Myth-Busting Send Time Optimization: What Your Data Can Tell You

There’s a lot of bad advice out there.

For years, marketing consultants, influencers, and vendors alike have claimed that there are certain times during the day in which to send out emails for maximum response.

9 a.m. Tuesdays! If you’re in technology, 10 a.m. Wednesdays! Never send that on a weekend!

It’s largely hogwash. Think about how you treat your own inbox. I prefer to do a quick cleanup and scan very early in the morning almost every day (including weekends), another cleanout around mid-afternoon (when I’m annoyed with the volume), and sometimes a final one in the evening (weekdays only).

You might be different. And that’s totally unsurprising. So why is it that we’re constantly told there’s a single best send slot for email marketing?

Two reasons: 1) Marketing Automation platforms were designed to only give you one candidate send slot for any given population and 2) most of these platforms aren’t smart enough to take advantage of the audience preference data latent in your activity history.

From looking at dozens of customer activity databases, a wonderfully human, complex picture emerges. Guess what? We’re pretty darned diverse in terms of our preferences and email response behaviors. They are not the same as everyone else, and they change over time.

At Motiva AI, we see clumps and clusters of open behavior across customers, both B2B and B2C. Some patterns emerge, but they aren’t necessarily stable. Holidays happen, work gets in the way, life happens. One person’s favorite time to respond to emails my change over time.

What we find and surface often surprised our customers. For one customer, their hands down best send time clusters in terms of open behavior – and note the plural here – were 2 a.m. Sundays, 9 p.m. Fridays, and 7 a.m. Tuesdays in that order. This very large global B2B customer has lots of North American time zones they’re dealing with, but those weekend slots shocked this team.

Another enterprise customer in the gaming industry has an even more fractured set of open preferences. There are literally two dozen or more open preference clusters spread across global time zones.

Despite these varying preferences, the current approach is generally to guess a single golden slot (9 a.m. Tuesday! Business hours M-F only!) across a population, and then to make that guess for each time zone represented in a population and configure your now quite complex email campaign accordingly. Campaign is deployed, and you hope that this is not too far off the mark.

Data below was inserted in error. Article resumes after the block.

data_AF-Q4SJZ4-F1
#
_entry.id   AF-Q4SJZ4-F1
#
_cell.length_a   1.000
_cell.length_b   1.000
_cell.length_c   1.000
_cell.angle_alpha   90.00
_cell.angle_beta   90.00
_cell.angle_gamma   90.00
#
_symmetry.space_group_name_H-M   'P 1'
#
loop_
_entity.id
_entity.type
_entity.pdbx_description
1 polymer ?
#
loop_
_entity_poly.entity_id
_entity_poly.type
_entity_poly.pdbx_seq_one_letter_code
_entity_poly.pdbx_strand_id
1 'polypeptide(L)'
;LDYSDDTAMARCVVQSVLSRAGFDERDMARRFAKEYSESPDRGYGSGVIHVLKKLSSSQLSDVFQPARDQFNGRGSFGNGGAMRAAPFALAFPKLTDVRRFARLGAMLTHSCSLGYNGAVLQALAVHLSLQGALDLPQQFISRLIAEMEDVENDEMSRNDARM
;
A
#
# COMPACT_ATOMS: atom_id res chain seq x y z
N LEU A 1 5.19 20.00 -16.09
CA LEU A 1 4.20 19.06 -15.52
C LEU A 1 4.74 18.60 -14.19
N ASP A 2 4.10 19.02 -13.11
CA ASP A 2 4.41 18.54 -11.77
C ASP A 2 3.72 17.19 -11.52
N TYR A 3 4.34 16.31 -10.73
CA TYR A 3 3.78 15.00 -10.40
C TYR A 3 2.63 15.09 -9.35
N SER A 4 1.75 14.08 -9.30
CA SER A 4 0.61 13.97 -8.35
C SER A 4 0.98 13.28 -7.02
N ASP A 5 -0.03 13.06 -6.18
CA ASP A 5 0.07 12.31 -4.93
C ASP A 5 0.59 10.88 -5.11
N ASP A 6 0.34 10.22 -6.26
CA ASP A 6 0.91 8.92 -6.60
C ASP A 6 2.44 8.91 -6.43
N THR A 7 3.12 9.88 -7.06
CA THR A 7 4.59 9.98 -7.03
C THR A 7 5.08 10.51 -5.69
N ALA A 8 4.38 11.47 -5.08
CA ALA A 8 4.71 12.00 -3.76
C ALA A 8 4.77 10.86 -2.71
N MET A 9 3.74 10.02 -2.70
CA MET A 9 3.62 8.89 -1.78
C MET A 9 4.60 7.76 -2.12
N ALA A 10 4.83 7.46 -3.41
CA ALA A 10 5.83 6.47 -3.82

For global campaigns, you’re literally composing a half dozen or more parallel campaigns that all do the same thing in order to treat each time zone with your guess. The level of needless complexity and sheer management time required strains many teams. And for what? Very few marketers have time to even review whether their guess was a hit or a miss.

The problem is that marketing teams have been measuring open rates and trying to determine optimal send times based on a supposed average of an entire population, because that’s what technology is limited to, and this is what “experts” out there say is the right answer.

This narrow approach is changing with machine learning coming to the fore and with marketing teams tackling their data more actively. With Motiva AI for Oracle Eloqua for example, machine learning allows us to model those send time preferences us on a per-contact basis – and importantly adapt as people’s preferences change over time. In other words: less guessing and a whole lot more of letting actual customer behavior drive the right approach. There’s also some humility involved here: letting go of the notion that we know what best – and better than customers know themselves.

The best approaches to machine learning for send time optimization should take into account any existing send time preferences available from campaign history. But that’s just the start. Assume that you don’t have any data on much or maybe most of your contact population. Add the fact that preferences you do have could shift at any time. Through adaptive experimentation, machine learning (aided by some clever statistical sampling methods) can address a problem impossible to solve manually and help fill in gaps over time.

The result is gradually improved response rates over time as the machine dials in per-contact send time preferences.

This can happen largely without you as a marketer necessarily understanding exactly how it’s happening. The benefit of having machine assistants on the team leaves the human members of the team to focus on more nuanced questions and tasks: refining segmentation, experimenting with content and channel mix, exploring novel marketing strategy, and more.

At a deeper level, what this means is that we’re beginning to treat customers as individual people, albeit in this very modest way. Also, by taking into account those individuals’ needs and wants, we begin to shift marketing to something not just more personal and adaptive, but more effective. And that’s actually pretty exciting!

Machine-driven Send Time Optimization moves marketing towards being customer-oriented and opens the door to bringing the same kind of approach to content, sequencing, omnichannel design, and marketing strategy. It moves us towards adaptive customer relationship building, based not on the convenience of the marketer, but rather on the needs of your customer.

In the end, it’s about listening to what your customer is telling you. No more hearsay, no more myths about the magical golden hour of send time and no more guessing. Just the data driving the next best thing to do for your customer.